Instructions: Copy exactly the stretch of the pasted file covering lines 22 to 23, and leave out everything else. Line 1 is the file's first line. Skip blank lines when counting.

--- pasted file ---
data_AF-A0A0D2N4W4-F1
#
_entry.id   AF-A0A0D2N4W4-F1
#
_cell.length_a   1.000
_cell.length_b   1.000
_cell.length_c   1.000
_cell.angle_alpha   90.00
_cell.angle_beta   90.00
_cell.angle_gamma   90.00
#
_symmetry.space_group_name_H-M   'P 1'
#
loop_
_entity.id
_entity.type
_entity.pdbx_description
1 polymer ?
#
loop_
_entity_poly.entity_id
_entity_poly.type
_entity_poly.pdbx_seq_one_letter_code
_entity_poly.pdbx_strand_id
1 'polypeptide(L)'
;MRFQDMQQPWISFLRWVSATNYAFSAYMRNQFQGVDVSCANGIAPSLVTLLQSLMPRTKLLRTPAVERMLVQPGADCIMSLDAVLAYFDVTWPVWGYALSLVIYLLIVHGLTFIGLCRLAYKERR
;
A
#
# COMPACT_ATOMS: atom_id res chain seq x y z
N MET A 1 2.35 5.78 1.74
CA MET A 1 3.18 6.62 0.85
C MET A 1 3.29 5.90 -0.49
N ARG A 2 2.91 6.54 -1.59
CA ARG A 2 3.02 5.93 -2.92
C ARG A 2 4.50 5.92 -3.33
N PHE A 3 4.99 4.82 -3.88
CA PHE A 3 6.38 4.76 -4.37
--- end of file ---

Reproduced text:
_entity_poly.type
_entity_poly.pdbx_seq_one_letter_code